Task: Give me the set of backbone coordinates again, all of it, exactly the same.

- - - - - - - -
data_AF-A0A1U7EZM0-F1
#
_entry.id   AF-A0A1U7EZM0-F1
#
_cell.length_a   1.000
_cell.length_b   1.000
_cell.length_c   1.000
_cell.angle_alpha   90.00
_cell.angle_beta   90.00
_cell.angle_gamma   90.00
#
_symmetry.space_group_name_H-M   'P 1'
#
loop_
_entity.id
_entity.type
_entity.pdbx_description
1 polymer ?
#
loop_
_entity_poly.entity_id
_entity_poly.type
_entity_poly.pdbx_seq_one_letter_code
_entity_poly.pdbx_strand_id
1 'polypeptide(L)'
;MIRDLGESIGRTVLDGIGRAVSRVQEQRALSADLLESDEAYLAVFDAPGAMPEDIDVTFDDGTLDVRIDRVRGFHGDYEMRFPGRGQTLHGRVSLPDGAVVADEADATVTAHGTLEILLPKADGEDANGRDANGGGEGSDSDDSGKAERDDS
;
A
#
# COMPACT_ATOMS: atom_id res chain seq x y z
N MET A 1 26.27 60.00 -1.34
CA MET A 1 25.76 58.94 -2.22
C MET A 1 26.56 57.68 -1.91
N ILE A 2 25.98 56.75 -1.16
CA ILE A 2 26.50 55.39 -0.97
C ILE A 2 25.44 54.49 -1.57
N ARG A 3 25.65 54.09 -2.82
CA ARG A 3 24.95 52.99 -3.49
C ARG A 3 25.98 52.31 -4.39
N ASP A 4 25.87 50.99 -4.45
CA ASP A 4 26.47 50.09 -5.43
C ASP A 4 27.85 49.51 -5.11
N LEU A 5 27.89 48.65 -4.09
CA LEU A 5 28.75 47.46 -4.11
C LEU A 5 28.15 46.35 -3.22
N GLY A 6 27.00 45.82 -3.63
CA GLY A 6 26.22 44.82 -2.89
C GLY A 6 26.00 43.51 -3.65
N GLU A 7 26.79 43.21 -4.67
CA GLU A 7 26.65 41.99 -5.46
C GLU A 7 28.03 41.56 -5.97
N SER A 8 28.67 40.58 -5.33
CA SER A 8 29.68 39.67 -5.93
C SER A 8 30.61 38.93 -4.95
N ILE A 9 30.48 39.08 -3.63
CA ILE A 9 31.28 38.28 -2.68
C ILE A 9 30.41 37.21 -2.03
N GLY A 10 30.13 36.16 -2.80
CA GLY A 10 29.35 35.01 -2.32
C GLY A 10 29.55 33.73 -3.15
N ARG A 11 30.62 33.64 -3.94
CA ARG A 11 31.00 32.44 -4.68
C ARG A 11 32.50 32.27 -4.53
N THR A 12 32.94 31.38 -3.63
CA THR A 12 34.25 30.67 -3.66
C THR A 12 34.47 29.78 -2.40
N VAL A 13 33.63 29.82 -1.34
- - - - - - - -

data_AF-A0A1U7EZM0-F1
#
_entry.id   AF-A0A1U7EZM0-F1
#
_cell.length_a   1.000
_cell.length_b   1.000
_cell.length_c   1.000
_cell.angle_alpha   90.00
_cell.angle_beta   90.00
_cell.angle_gamma   90.00
#
_symmetry.space_group_name_H-M   'P 1'
#
loop_
_entity.id
_entity.type
_entity.pdbx_description
1 polymer ?
#
loop_
_entity_poly.entity_id
_entity_poly.type
_entity_poly.pdbx_seq_one_letter_code
_entity_poly.pdbx_strand_id
1 'polypeptide(L)'
;MIRDLGESIGRTVLDGIGRAVSRVQEQRALSADLLESDEAYLAVFDAPGAMPEDIDVTFDDGTLDVRIDRVRGFHGDYEMRFPGRGQTLHGRVSLPDGAVVADEADATVTAHGTLEILLPKADGEDANGRDANGGGEGSDSDDSGKAERDDS
;
A
#
# COMPACT_ATOMS: atom_id res chain seq x y z
N MET A 1 26.27 60.00 -1.34
CA MET A 1 25.76 58.94 -2.22
C MET A 1 26.56 57.68 -1.91
N ILE A 2 25.98 56.75 -1.16
CA ILE A 2 26.50 55.39 -0.97
C ILE A 2 25.44 54.49 -1.57
N ARG A 3 25.65 54.09 -2.82
CA ARG A 3 24.95 52.99 -3.49
C ARG A 3 25.98 52.31 -4.39
N ASP A 4 25.87 50.99 -4.45
CA ASP A 4 26.47 50.09 -5.43
C ASP A 4 27.85 49.51 -5.11
N LEU A 5 27.89 48.65 -4.09
CA LEU A 5 28.75 47.46 -4.11
C LEU A 5 28.15 46.35 -3.22
N GLY A 6 27.00 45.82 -3.63
CA GLY A 6 26.22 44.82 -2.89
C GLY A 6 26.00 43.51 -3.65
N GLU A 7 26.79 43.21 -4.67
CA GLU A 7 26.65 41.99 -5.46
C GLU A 7 28.03 41.56 -5.97
N SER A 8 28.67 40.58 -5.33
CA SER A 8 29.68 39.67 -5.93
C SER A 8 30.61 38.93 -4.95
N ILE A 9 30.48 39.08 -3.63
CA ILE A 9 31.28 38.28 -2.68
C ILE A 9 30.41 37.21 -2.03
N GLY A 10 30.13 36.16 -2.80
CA GLY A 10 29.35 35.01 -2.32
C GLY A 10 29.55 33.73 -3.15
N ARG A 11 30.62 33.64 -3.94
CA ARG A 11 31.00 32.44 -4.68
C ARG A 11 32.50 32.27 -4.53
N THR A 12 32.94 31.38 -3.63
CA THR A 12 34.25 30.67 -3.66
C THR A 12 34.47 29.78 -2.40
N VAL A 13 33.63 29.82 -1.34